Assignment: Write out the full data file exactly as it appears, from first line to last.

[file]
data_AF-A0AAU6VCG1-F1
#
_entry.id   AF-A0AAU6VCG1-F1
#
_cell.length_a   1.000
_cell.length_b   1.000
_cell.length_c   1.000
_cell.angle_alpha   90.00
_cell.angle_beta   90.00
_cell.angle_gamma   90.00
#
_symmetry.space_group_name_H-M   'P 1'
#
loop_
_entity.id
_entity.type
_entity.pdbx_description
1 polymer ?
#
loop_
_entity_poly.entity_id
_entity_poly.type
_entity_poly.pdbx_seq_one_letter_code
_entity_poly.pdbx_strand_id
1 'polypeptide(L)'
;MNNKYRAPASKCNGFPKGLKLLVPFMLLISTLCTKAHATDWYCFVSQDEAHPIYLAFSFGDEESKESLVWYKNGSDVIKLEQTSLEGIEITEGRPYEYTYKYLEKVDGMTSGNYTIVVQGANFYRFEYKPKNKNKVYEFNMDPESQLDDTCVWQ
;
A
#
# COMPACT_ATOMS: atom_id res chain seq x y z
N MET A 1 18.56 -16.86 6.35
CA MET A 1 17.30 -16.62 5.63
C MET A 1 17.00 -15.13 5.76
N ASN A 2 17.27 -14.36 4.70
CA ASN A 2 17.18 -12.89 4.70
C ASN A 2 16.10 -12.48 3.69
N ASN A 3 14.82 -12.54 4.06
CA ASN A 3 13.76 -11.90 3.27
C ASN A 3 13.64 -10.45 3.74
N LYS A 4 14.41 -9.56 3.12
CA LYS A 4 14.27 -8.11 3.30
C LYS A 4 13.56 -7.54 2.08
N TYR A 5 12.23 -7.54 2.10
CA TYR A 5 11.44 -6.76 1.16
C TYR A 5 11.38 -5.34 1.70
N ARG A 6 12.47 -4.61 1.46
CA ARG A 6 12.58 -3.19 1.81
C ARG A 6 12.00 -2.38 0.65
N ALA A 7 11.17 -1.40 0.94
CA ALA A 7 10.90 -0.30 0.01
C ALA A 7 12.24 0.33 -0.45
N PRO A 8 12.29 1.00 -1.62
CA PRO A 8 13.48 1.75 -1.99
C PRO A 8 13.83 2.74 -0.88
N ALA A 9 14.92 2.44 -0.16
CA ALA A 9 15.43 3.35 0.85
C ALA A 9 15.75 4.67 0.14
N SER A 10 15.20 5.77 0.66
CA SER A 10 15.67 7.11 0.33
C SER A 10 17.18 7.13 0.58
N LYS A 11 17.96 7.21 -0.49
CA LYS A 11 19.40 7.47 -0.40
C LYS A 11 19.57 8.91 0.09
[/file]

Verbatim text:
data_AF-A0AAU6VCG1-F1
#
_entry.id   AF-A0AAU6VCG1-F1
#
_cell.length_a   1.000
_cell.length_b   1.000
_cell.length_c   1.000
_cell.angle_alpha   90.00
_cell.angle_beta   90.00
_cell.angle_gamma   90.00
#
_symmetry.space_group_name_H-M   'P 1'
#
loop_
_entity.id
_entity.type
_entity.pdbx_description
1 polymer ?
#
loop_
_entity_poly.entity_id
_entity_poly.type
_entity_poly.pdbx_seq_one_letter_code
_entity_poly.pdbx_strand_id
1 'polypeptide(L)'
;MNNKYRAPASKCNGFPKGLKLLVPFMLLISTLCTKAHATDWYCFVSQDEAHPIYLAFSFGDEESKESLVWYKNGSDVIKLEQTSLEGIEITEGRPYEYTYKYLEKVDGMTSGNYTIVVQGANFYRFEYKPKNKNKVYEFNMDPESQLDDTCVWQ
;
A
#
# COMPACT_ATOMS: atom_id res chain seq x y z
N MET A 1 18.56 -16.86 6.35
CA MET A 1 17.30 -16.62 5.63
C MET A 1 17.00 -15.13 5.76
N ASN A 2 17.27 -14.36 4.70
CA ASN A 2 17.18 -12.89 4.70
C ASN A 2 16.10 -12.48 3.69
N ASN A 3 14.82 -12.54 4.06
CA ASN A 3 13.76 -11.90 3.27
C ASN A 3 13.64 -10.45 3.74
N LYS A 4 14.41 -9.56 3.12
CA LYS A 4 14.27 -8.11 3.30
C LYS A 4 13.56 -7.54 2.08
N TYR A 5 12.23 -7.54 2.10
CA TYR A 5 11.44 -6.76 1.16
C TYR A 5 11.38 -5.34 1.70
N ARG A 6 12.47 -4.61 1.46
CA ARG A 6 12.58 -3.19 1.81
C ARG A 6 12.00 -2.38 0.65
N ALA A 7 11.17 -1.40 0.94
CA ALA A 7 10.90 -0.30 0.01
C ALA A 7 12.24 0.33 -0.45
N PRO A 8 12.29 1.00 -1.62
CA PRO A 8 13.48 1.75 -1.99
C PRO A 8 13.83 2.74 -0.88
N ALA A 9 14.92 2.44 -0.16
CA ALA A 9 15.43 3.35 0.85
C ALA A 9 15.75 4.67 0.14
N SER A 10 15.20 5.77 0.66
CA SER A 10 15.67 7.11 0.33
C SER A 10 17.18 7.13 0.58
N LYS A 11 17.96 7.21 -0.49
CA LYS A 11 19.40 7.47 -0.40
C LYS A 11 19.57 8.91 0.09